Practicing Catholic II: The Gospel and Discipleship

How does one learn to belong to the Catholic Church? One common mistake is to focus on the creed at the expense of the Gospel. Creeds are vital — they tell us what we believe. But we need to remember that they were shaped by controversies in the church, and show it. The Gospels, on the other hand, were written with one purpose: To introduce the generations who lived after the apostles to Jesus Christ, with the hope and expectation that they would fall in love with Him and follow Him.

Our church began as a movement of people who were drawn to Jesus and His way of life. “Disciple,” after all, means a person who follows someone else. Disciples listen to and (especially) imitate their Master — they do what the Master does so as to experience the world as the Master does, in the hope they will eventually be able to judge and act as the Master does. This is what it means for a disciple of Christ to “become like Christ”: to learn to see, judge, and act as Christ, the Master, sees, judges, and acts. And where do we meet the Risen Christ so that we can love Him, learn from Him, imitate Him, and eventually judge and act like Him? In the community of those who are already disciples, who read and study and hear the Gospel. To become a disciple, there is simply no substitute for hearing the Gospel in the community of disciples, and no substitute for imitating those who are more experienced and wiser in their discipleship.

This takes practical shape in the core practice of serious Catholics: Sunday Mass, every week. “Practice” means imitation, in the hope and expectation of getting better over time. To “practice” as a Catholic demands that we learn from Jesus in the most powerful place we find Him — in the Gospel heard and lived in the community of disciples. How do we do that?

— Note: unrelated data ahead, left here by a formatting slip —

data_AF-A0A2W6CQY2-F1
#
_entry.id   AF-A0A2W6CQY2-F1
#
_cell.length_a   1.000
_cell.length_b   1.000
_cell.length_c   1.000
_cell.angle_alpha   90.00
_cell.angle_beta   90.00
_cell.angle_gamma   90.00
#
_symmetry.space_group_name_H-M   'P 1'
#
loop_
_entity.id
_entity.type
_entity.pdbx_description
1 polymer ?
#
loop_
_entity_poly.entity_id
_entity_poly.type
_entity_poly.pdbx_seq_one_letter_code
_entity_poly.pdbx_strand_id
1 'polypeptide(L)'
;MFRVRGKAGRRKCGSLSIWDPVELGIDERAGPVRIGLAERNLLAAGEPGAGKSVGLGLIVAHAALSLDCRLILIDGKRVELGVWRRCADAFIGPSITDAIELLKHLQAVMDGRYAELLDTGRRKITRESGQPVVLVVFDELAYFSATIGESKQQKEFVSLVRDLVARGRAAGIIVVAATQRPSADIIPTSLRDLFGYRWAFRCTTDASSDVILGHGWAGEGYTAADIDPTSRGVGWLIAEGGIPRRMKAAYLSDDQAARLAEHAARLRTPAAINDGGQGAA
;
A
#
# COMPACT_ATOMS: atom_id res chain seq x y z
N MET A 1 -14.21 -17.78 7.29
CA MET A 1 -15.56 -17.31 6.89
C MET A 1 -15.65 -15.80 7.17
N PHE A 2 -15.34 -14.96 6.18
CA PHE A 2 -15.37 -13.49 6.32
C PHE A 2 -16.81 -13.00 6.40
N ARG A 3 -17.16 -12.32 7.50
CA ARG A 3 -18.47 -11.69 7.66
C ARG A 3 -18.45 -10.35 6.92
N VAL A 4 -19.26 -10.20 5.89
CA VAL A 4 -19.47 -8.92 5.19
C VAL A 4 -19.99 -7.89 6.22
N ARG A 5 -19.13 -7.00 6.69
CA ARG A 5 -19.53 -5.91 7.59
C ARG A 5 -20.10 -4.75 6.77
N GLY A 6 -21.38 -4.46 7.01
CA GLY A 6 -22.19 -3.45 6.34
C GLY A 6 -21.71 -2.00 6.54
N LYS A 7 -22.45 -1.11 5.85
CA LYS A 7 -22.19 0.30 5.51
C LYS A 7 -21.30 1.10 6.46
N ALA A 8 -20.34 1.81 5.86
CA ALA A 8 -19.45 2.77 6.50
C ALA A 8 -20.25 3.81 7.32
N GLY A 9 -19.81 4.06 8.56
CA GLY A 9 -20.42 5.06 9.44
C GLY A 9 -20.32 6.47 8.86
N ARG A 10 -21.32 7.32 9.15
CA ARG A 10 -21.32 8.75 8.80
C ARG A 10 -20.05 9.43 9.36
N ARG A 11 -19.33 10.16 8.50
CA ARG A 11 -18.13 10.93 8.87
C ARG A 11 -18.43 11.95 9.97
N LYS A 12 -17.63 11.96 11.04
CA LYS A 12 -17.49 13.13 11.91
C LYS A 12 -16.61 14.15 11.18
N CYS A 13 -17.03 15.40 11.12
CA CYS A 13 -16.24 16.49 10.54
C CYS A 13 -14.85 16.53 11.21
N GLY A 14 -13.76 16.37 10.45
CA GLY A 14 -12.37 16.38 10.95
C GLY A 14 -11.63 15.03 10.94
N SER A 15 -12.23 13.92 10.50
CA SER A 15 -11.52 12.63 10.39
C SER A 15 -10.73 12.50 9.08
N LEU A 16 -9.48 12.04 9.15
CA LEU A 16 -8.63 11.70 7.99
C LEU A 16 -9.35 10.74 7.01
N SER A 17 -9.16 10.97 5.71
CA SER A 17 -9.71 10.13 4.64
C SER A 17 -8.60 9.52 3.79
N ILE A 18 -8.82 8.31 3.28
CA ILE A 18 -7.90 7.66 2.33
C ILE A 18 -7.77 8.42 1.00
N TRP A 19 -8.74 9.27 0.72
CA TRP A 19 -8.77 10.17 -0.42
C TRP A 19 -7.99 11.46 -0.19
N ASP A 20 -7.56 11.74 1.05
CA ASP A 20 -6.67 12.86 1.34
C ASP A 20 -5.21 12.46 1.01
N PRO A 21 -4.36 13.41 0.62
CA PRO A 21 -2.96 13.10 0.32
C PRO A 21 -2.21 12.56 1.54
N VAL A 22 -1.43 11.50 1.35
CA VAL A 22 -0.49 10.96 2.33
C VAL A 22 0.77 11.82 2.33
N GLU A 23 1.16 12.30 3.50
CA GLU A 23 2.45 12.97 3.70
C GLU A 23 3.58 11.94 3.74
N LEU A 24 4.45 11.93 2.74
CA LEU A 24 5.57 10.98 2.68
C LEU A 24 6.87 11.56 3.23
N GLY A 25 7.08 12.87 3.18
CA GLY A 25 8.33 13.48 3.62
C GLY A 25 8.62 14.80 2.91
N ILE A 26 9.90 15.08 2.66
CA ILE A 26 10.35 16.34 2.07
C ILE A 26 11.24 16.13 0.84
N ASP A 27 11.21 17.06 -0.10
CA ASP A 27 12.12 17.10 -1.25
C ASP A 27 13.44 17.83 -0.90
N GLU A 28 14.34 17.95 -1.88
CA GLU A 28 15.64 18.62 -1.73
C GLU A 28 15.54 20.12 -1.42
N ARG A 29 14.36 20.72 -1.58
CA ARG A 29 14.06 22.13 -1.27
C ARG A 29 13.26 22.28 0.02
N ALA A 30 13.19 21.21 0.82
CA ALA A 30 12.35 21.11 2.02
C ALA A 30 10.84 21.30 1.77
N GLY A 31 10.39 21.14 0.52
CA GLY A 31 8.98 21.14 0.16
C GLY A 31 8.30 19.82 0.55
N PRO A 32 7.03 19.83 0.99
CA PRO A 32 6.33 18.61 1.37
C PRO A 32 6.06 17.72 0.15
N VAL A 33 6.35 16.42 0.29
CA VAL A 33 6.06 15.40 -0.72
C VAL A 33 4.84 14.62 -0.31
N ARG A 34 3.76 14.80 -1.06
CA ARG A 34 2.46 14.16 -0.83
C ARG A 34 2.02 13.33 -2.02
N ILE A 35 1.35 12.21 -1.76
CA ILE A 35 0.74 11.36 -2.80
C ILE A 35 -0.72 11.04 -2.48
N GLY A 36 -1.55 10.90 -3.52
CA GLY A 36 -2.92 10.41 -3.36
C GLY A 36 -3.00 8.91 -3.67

Simply showing up doesn’t do it. That’s a vital first step, but there’s more. To meet Christ, we need personal preparation, and the key part of that is a powerful desire to “get out of the Mass” absolutely everything we can. We also need to give the Mass our full attention, to participate in the way that the experts of the past — the saints — have demonstrated, and to be ready to be changed in whatever way Christ seems to want to change us.

Think of it this way: If you wanted to become an excellent tennis player, you’d go to a professional for lessons. You’d expect to be corrected in your “instinctive” approach to the game; to be given lessons to practice; to have to invest time, money, and humility (in receiving criticism of your current level of play); and to reshape your customary life in certain ways in order to make the investment and the time to practice. It’s no different in becoming a “practicing” Catholic.

Being able to say, “I believe everything that’s in the creed” doesn’t require much of an investment. And one won’t get any better at discipleship by stopping there. (One may, in fact, get worse.) Excellence in discipleship — becoming a saint — is the only worthwhile standard to set for ourselves. And becoming excellent requires that we submit to “doing it God’s way” (as we discover that in the communion of the church and in the lives of the saints), not in the way we might prefer. “God’s way” will often cut against our natural preferences, and against the trends in the culture around us.

I’ll have more to say about this in the future, but I want you to think especially about one thing as I close: The role of silence in learning how to become a disciple. We live in a distracted culture, and that way of life leads into superficiality and away from discipleship. In the Bible, the great prayer of the Jewish people begins with “Listen!” In the Rule of St. Benedict, guiding monks toward holiness, the first word is, “Listen!” In the story of Elijah the prophet, God is present not in the storm or fire, but in the whispering wind… When we flee silence, we miss the opportunity to hear the Word of God. We distract ourselves from the hard work of learning to follow Christ. There’s a (sorely-neglected) role for silence before and at Mass, and that will be next week’s topic. But we need silence, to listen for God, each day. Few of us have been taught how to use silence profitably; but we can, if we choose, learn. Until next week, peace.